B. & A. 405. Appeals of murder, as well as of treason, felony, or other
offences, together with wager of battle, are abolished by stat. 59 Geo. M. c.
APPEAL, practice. The act by which a party submits to the decision of
a superior court, a cause which has been tried in an inferior tribunal. 1 S.
& R. 78 Bin. 219; 3 Bin. 48.
2. The appeal generally annuls the judgment of the inferior court, so far
that no action can be taken upon it until after the final decision of the cause.
Its object is to review the whole case, and to secure a just judgment upon the
3. An appeal differs from proceedings in error, under which the errors
committed in the proceedings are examined, and if any have been committed the
first judgment is reversed; because in the appeal the whole case is exainined
and tried as if it had not been tried before. Vide Dane's Ab. h. t.; Serg.
Const. Law Index, h. t. and article Courts of the United States.
APPEARANCE, practice. Signifies the filing common or special bail to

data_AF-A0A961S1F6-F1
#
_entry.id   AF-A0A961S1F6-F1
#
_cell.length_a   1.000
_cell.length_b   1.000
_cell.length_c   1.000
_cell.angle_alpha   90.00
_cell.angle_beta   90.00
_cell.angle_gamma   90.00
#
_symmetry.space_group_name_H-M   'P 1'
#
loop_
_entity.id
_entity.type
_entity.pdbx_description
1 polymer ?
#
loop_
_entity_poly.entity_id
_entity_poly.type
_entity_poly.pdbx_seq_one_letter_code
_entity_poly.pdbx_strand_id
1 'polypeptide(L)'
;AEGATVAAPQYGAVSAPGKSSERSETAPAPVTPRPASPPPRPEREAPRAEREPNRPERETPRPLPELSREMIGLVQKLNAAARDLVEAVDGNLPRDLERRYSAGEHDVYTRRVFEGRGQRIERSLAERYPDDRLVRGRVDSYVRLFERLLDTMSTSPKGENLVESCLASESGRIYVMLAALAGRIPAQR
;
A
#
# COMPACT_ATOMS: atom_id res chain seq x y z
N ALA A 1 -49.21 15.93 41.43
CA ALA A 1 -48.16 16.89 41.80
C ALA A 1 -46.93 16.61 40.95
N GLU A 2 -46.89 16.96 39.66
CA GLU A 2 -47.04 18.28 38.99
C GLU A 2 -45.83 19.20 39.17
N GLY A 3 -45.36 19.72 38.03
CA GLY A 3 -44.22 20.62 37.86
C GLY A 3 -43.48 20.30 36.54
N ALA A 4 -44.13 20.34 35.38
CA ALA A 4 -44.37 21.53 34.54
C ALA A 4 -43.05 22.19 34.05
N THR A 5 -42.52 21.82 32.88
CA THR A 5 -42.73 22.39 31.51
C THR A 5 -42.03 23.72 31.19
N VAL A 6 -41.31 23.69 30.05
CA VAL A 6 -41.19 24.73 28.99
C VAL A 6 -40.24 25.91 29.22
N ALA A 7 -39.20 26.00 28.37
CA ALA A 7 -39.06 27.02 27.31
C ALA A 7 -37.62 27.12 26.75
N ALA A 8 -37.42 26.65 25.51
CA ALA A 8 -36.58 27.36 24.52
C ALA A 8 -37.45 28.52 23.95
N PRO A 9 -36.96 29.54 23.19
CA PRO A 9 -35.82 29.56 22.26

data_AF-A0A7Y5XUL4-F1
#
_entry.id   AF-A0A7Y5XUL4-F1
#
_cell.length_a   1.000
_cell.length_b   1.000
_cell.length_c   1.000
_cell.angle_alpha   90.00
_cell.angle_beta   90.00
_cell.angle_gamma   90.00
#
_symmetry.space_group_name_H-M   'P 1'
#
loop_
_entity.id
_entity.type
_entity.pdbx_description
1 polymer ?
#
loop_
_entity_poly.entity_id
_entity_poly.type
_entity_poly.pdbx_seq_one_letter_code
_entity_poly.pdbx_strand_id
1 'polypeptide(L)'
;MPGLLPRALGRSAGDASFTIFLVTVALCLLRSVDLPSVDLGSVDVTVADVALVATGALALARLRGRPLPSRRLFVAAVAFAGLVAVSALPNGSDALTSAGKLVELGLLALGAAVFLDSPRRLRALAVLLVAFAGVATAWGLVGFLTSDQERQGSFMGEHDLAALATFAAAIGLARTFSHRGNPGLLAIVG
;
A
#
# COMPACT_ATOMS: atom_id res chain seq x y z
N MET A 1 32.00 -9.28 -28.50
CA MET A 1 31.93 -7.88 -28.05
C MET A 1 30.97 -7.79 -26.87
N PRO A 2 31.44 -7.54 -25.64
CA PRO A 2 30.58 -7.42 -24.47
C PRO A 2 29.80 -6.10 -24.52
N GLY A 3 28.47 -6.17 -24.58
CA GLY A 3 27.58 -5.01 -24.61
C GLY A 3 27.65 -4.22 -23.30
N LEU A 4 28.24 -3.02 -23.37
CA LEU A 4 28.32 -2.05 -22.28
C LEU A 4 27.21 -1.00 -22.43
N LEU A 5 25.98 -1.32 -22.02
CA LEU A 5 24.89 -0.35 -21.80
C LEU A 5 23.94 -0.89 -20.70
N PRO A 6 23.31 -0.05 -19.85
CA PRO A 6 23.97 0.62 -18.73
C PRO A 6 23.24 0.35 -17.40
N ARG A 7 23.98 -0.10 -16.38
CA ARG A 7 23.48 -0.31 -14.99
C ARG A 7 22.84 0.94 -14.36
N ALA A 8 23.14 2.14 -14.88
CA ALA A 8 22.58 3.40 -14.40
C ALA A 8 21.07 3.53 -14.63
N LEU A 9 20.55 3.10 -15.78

2. The appearance, with all other subsequent pleadings supposed to take
placein court, should (in accordance with the ancient practice) purport to be in
term time. It is to be observed, however, that though the proceedings are
expressed as if occurring in term time, yet, in fact, much of the business is
now done, in periods of vacation.
3. The appearance of the parties is no longer (as formerly) by the actual
presence in court, either by themselves or their attorneys; but, it must be
remembered, an appearance of this kind is still supposed, and exists in
contemplation of law. The appearance is effected on the part of the defendant
(when be is not arrested) by making certain formal entries in the proper office
of the court, expressing his appearance; 5 Watts & Serg. 215; 1 Scam. R.
250; 2 Seam. R. 462; 6 Port. R. 352; 9 Port. R. 272; 6 Miss. R. 50; 7 Miss. R.
411; 17 Verm. 531; 2 Pike, R. 26; 6 Ala. R. 784; 3 Watts & Serg. 501; 8
Port. R. 442; or, in case of arrest, it may be considered as effected by giving
bail to the action. On the part of the plaintiff no formality expressive of
appearance is observed.
4. In general, the appearance of either party may be in person or by
attorney, and, when by attorney, there is always supposed to be a warrant of
attorney executed to the attorney by his client, authorizing such
5. But to this general rule there are various exceptions; persons devoid of
understanding, as idiots, and persons having understanding, if they are by law
deprived of a capacity to appoint an attorney, as married women, must appear in
person. The appearance of such persons must purport, and is so entered on the
record, to be in person, whether in fact an attorney be employed or not. See